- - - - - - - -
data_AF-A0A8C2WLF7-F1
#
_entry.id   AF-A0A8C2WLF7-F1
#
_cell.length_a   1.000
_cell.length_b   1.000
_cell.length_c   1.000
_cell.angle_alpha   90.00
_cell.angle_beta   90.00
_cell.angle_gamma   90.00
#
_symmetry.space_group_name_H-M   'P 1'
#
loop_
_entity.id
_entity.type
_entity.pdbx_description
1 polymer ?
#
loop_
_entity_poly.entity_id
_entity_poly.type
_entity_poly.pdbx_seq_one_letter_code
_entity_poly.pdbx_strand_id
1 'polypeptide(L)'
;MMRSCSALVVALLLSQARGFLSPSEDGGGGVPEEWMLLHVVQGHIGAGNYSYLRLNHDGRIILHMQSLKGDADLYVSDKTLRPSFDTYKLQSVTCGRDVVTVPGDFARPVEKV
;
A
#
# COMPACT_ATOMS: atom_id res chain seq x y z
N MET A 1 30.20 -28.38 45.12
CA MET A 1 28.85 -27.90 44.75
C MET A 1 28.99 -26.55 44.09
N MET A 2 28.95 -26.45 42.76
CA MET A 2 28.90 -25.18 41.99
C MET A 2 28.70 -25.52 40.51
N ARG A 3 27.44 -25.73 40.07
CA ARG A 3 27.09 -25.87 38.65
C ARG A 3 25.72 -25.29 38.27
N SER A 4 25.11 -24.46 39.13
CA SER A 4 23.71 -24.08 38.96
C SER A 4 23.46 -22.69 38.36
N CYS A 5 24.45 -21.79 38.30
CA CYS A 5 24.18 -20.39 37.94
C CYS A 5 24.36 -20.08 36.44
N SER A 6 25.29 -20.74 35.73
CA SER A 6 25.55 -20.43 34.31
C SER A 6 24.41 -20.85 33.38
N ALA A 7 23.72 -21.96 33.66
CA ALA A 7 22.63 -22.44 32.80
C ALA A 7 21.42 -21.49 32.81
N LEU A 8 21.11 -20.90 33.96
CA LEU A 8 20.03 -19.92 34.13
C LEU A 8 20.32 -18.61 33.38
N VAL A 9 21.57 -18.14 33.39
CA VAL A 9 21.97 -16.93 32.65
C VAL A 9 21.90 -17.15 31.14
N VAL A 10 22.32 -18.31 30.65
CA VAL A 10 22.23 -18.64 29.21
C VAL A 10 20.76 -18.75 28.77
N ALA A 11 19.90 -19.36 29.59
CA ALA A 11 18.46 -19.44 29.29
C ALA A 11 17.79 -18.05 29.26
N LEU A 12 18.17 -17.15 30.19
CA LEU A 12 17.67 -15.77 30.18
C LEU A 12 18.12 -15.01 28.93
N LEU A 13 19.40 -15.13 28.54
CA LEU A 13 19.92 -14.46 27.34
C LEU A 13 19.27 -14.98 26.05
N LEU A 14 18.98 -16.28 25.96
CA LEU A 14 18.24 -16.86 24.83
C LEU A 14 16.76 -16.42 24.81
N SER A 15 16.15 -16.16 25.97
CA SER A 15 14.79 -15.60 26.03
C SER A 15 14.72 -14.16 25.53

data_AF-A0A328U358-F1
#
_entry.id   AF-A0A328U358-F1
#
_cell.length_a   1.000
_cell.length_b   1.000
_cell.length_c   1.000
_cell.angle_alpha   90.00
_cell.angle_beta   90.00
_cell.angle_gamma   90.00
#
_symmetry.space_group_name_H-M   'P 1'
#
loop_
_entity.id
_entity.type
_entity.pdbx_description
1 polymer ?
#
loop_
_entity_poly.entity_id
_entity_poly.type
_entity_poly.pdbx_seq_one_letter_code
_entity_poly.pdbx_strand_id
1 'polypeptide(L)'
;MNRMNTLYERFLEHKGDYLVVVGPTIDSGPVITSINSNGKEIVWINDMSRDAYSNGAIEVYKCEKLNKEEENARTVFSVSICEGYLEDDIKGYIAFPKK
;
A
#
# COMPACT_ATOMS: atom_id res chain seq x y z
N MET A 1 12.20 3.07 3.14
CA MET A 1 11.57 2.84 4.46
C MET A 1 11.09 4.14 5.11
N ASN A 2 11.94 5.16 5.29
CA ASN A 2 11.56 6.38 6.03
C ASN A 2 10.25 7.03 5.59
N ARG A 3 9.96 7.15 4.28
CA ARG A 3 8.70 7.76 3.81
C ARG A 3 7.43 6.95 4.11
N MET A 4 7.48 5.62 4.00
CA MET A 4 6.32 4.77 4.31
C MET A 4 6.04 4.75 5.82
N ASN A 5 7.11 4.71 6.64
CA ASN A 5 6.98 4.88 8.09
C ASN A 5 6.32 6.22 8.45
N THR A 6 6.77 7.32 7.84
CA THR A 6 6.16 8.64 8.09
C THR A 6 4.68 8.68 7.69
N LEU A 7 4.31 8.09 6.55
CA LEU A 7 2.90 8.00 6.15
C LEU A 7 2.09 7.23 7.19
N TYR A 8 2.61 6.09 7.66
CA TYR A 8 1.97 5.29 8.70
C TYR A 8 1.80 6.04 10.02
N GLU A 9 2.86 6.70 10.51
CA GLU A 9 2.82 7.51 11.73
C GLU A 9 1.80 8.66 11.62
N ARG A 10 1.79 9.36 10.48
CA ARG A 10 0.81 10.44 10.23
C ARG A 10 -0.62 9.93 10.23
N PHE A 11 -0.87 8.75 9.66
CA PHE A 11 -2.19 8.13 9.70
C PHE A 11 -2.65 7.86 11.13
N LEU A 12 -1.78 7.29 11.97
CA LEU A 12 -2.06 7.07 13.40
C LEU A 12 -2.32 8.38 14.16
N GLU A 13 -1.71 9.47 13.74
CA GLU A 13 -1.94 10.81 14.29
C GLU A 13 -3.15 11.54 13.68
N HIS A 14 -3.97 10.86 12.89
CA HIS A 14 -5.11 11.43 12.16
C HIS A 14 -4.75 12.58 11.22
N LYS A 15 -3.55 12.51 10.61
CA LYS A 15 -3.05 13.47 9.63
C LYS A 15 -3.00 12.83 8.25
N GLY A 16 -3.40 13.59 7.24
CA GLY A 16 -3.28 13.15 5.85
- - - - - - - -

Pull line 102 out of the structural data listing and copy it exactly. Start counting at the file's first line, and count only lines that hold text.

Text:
;